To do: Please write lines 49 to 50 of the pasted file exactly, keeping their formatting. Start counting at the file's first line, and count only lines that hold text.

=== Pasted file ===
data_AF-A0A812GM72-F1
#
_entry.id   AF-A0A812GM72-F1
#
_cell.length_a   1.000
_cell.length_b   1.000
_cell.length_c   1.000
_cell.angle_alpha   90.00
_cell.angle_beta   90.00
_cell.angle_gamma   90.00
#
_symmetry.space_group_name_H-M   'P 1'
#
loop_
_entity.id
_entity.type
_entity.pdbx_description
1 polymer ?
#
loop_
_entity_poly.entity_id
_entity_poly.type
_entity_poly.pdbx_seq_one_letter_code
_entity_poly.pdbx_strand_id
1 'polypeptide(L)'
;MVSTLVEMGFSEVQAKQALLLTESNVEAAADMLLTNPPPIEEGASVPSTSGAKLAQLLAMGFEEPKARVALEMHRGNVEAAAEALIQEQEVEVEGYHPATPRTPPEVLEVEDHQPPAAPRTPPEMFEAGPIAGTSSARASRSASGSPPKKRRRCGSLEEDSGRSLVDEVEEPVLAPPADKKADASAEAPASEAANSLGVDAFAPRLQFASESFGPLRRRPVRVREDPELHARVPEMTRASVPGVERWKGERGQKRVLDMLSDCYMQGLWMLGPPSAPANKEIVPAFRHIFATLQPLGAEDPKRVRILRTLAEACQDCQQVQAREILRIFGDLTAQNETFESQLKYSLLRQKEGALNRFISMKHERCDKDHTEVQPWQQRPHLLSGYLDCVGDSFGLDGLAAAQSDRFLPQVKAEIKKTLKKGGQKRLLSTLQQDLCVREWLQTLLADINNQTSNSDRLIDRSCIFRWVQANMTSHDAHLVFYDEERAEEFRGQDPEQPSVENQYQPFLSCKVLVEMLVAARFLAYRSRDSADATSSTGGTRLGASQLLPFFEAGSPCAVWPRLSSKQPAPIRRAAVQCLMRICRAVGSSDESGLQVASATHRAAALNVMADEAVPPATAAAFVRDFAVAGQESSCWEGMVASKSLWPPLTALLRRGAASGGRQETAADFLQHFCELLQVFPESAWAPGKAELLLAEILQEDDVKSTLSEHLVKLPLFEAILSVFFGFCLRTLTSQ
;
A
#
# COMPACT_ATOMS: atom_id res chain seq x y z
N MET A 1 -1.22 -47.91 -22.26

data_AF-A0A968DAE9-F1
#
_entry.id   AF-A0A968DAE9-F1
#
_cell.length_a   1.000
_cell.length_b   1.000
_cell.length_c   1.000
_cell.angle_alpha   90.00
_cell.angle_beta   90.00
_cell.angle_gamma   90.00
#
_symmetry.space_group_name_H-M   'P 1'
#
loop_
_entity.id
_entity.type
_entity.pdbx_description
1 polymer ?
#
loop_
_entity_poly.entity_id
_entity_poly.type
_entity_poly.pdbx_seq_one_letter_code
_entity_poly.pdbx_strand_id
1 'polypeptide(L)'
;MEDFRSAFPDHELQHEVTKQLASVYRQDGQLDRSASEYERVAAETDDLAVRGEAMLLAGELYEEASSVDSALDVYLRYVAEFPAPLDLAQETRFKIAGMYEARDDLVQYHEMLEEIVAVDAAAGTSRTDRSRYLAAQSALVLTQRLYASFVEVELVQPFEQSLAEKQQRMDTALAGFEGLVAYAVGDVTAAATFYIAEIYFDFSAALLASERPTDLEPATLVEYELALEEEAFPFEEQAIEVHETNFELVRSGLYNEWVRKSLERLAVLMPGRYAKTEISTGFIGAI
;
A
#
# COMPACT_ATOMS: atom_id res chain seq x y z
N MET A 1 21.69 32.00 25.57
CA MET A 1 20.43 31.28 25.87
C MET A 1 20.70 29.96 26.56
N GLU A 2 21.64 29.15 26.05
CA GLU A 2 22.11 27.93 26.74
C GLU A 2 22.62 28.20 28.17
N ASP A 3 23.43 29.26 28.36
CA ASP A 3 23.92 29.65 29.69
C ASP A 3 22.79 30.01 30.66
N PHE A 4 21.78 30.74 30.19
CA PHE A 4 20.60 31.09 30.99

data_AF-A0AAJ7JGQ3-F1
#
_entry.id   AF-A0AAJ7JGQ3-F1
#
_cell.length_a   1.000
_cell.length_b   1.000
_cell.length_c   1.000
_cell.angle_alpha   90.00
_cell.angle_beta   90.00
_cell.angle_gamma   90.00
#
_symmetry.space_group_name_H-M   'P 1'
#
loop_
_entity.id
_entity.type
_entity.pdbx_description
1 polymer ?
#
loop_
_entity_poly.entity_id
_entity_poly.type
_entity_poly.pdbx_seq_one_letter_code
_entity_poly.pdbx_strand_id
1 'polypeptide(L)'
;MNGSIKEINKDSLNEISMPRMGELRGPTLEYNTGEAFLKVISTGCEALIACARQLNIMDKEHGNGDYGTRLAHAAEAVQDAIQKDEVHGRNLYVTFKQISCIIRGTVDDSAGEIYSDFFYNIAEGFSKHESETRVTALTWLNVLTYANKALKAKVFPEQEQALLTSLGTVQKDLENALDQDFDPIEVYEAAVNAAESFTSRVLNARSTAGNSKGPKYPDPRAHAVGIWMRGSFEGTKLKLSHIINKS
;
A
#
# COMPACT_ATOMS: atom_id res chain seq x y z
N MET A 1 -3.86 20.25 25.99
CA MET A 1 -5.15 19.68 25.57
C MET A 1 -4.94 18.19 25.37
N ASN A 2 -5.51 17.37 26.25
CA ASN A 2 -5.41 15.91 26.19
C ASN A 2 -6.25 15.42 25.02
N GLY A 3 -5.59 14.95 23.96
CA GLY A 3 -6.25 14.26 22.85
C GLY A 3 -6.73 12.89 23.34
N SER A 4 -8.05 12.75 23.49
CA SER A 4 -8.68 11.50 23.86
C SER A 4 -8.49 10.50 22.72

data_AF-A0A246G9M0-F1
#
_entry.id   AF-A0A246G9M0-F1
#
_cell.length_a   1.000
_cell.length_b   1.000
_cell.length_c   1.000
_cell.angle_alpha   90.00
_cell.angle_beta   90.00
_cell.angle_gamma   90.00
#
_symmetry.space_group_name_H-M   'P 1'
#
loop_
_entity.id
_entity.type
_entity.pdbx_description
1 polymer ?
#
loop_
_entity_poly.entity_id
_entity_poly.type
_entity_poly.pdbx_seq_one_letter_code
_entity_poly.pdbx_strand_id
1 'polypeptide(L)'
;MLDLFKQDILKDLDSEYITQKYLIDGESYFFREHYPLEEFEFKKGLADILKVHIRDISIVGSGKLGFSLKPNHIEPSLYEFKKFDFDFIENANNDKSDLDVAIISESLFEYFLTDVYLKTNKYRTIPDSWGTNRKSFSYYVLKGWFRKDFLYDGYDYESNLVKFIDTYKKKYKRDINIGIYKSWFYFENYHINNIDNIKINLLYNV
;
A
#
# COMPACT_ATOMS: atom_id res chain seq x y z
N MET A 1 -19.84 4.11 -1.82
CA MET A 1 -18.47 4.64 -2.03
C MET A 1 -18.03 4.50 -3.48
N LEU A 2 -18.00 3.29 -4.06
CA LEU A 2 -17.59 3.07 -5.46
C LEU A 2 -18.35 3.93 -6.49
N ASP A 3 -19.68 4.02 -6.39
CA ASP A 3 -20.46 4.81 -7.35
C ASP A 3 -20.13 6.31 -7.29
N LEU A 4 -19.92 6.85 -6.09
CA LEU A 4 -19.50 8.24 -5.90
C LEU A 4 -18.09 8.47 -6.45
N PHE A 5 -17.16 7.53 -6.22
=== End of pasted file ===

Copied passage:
1 polymer ?
#